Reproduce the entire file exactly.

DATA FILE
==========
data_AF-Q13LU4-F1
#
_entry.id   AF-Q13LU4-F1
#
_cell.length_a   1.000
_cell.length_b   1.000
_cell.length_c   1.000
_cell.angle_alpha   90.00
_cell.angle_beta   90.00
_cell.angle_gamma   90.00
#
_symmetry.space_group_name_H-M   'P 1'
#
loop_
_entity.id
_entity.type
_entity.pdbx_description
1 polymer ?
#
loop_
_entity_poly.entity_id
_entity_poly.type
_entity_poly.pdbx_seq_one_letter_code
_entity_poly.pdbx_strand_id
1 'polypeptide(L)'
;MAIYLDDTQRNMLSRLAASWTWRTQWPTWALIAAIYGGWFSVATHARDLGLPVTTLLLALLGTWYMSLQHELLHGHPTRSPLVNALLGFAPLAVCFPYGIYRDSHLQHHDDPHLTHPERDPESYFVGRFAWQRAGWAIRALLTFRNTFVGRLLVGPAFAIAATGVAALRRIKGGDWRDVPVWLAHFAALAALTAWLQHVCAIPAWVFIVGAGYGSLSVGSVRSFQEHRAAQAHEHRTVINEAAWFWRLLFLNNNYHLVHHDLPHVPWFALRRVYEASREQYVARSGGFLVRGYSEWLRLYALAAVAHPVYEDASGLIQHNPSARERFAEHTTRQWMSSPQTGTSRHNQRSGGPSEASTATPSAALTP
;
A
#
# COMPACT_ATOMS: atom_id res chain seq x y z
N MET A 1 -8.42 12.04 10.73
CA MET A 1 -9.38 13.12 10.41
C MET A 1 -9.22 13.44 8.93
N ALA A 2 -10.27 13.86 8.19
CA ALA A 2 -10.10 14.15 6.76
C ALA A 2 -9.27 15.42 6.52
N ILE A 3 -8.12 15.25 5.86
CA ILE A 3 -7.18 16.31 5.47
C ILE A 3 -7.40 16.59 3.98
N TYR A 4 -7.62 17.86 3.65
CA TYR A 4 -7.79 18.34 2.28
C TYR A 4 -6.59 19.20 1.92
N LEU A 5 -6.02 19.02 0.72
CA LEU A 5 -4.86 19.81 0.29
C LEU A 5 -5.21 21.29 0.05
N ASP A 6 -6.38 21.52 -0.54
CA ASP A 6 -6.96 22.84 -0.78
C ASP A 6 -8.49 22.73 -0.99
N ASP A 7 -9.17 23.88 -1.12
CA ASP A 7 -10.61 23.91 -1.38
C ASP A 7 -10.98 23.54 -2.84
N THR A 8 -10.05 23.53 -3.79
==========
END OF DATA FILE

data_AF-Q13LU4-F1
#
_entry.id   AF-Q13LU4-F1
#
_cell.length_a   1.000
_cell.length_b   1.000
_cell.length_c   1.000
_cell.angle_alpha   90.00
_cell.angle_beta   90.00
_cell.angle_gamma   90.00
#
_symmetry.space_group_name_H-M   'P 1'
#
loop_
_entity.id
_entity.type
_entity.pdbx_description
1 polymer ?
#
loop_
_entity_poly.entity_id
_entity_poly.type
_entity_poly.pdbx_seq_one_letter_code
_entity_poly.pdbx_strand_id
1 'polypeptide(L)'
;MAIYLDDTQRNMLSRLAASWTWRTQWPTWALIAAIYGGWFSVATHARDLGLPVTTLLLALLGTWYMSLQHELLHGHPTRSPLVNALLGFAPLAVCFPYGIYRDSHLQHHDDPHLTHPERDPESYFVGRFAWQRAGWAIRALLTFRNTFVGRLLVGPAFAIAATGVAALRRIKGGDWRDVPVWLAHFAALAALTAWLQHVCAIPAWVFIVGAGYGSLSVGSVRSFQEHRAAQAHEHRTVINEAAWFWRLLFLNNNYHLVHHDLPHVPWFALRRVYEASREQYVARSGGFLVRGYSEWLRLYALAAVAHPVYEDASGLIQHNPSARERFAEHTTRQWMSSPQTGTSRHNQRSGGPSEASTATPSAALTP
;
A
#
# COMPACT_ATOMS: atom_id res chain seq x y z
N MET A 1 -8.42 12.04 10.73
CA MET A 1 -9.38 13.12 10.41
C MET A 1 -9.22 13.44 8.93
N ALA A 2 -10.27 13.86 8.19
CA ALA A 2 -10.10 14.15 6.76
C ALA A 2 -9.27 15.42 6.52
N ILE A 3 -8.12 15.25 5.86
CA ILE A 3 -7.18 16.31 5.47
C ILE A 3 -7.40 16.59 3.98
N TYR A 4 -7.62 17.86 3.65
CA TYR A 4 -7.79 18.34 2.28
C TYR A 4 -6.59 19.20 1.92
N LEU A 5 -6.02 19.02 0.72
CA LEU A 5 -4.86 19.81 0.29
C LEU A 5 -5.21 21.29 0.05
N ASP A 6 -6.38 21.52 -0.54
CA ASP A 6 -6.96 22.84 -0.78
C ASP A 6 -8.49 22.73 -0.99
N ASP A 7 -9.17 23.88 -1.12
CA ASP A 7 -10.61 23.91 -1.38
C ASP A 7 -10.98 23.54 -2.84
N THR A 8 -10.05 23.53 -3.79